Chapter 7 Double Entry and Verification (PROC COMPARE) 159
If you examine the output, you will notice the errors in Gender and SBP that you saw earlier. In
addition, you can see the differences in the two dates (since it was read as character) and the DBP
values. (Note: The differences show up only because the $CHAR informat was used. This
informat maintains leading blanks while the $ informat will left-adjust character fields.)
Using PROC COMPARE with Two Data Sets That Have an
Unequal Number of Observations
You can compare two data sets with unequal numbers of observations, providing you include an
ID statement. To illustrate this, two new files, (FILE_1B.TXT and FILE_2B.TXT) were created.
A new patient number (005) has been added to FILE_1.TXT to make FILE_1B.TXT, and patient
number 004 has been omitted from FILE_2.TXT to make FILE_2B.TXT. Here are the listings of
these two files.
The two SAS data sets (ONE_B and TWO_B) are created by running Program 7-1 again with the
two new data files, and then running PROC COMPARE with the two options LISTBASE and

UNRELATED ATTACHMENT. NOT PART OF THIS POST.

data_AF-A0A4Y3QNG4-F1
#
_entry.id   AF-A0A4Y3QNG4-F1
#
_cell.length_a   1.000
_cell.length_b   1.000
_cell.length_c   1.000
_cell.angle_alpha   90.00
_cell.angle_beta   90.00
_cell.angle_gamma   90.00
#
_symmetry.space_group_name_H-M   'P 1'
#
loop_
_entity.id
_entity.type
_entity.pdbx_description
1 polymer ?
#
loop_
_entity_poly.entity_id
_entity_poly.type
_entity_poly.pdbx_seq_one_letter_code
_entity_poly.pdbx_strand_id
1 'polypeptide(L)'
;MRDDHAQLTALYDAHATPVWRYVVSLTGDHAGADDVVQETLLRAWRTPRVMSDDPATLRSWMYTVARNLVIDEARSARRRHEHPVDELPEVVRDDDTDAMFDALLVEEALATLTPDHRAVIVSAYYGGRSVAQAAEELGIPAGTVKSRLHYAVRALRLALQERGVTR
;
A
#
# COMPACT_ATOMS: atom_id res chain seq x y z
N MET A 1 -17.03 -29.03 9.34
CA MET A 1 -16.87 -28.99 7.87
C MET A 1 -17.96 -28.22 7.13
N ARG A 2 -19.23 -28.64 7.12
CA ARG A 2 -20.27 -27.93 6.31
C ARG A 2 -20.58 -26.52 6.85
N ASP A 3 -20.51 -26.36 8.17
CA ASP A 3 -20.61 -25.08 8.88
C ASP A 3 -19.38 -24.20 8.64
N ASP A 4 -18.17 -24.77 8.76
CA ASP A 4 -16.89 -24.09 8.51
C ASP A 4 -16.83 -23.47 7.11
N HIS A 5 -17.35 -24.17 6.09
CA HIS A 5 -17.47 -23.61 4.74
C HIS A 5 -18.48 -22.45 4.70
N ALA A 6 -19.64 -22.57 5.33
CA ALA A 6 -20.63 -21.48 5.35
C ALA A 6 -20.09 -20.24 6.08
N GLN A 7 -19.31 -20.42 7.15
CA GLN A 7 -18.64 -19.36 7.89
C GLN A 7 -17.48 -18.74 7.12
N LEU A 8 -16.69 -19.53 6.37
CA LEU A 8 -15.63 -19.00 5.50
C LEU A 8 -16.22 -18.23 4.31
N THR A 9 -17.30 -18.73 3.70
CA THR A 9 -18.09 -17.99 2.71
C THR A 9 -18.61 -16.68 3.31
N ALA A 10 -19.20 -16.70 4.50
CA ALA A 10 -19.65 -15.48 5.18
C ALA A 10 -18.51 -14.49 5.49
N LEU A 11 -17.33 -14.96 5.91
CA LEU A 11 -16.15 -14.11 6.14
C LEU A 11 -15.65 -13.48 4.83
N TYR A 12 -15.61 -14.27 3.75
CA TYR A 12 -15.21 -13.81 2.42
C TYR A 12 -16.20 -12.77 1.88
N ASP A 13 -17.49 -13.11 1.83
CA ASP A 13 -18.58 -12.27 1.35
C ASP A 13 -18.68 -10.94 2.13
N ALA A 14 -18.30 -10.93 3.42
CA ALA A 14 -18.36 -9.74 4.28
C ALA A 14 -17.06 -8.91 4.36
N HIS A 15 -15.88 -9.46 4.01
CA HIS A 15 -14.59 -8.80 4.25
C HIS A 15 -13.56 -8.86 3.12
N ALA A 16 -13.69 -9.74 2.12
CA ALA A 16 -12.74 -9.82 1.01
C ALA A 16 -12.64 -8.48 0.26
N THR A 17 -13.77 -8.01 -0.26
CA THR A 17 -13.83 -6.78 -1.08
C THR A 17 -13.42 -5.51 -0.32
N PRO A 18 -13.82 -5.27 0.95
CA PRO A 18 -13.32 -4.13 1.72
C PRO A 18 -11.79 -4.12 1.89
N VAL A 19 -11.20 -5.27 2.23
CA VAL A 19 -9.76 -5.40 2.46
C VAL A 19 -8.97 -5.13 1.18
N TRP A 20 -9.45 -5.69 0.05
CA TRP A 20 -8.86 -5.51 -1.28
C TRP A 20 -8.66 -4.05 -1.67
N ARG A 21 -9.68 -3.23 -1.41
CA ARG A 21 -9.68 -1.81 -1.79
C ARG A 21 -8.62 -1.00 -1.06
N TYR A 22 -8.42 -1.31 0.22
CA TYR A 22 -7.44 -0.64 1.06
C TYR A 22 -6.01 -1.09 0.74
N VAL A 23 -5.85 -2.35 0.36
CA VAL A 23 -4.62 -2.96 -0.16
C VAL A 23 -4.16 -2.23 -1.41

LISTCOMP (Program 7-5). These two options tell PROC COMPARE to print information on the
ID values that are not in both files, as seen below:
160 Cody's Data Cleaning Techniques Using SAS, Second Edition
Program 7-5 Running PROC COMPARE on Two Data Sets of Different Length
title "Comparing Two Data Sets with Different ID Values";
proc compare base=one_b compare=two_b listbase listcompare;
Here is the output from Program 7-5 (partial listing).
Comparing Two Data Sets with Different ID Values (partial listing)
The COMPARE Procedure
Comparison of WORK.ONE_B with WORK.TWO_B
Number of Variables in Common: 5.
Number of ID Variables: 1.
Comparison Results for Observations
Observation 4 in WORK.ONE_B not found in WORK.TWO_B: Patno=4.
Observation 5 in WORK.ONE_B not found in WORK.TWO_B: Patno=5.
Observation Base Compare ID
First Obs 1 1 Patno=1
First Unequal 3 3 Patno=3
Last Unequal 6 4 Patno=7
Last Obs 6 4 Patno=7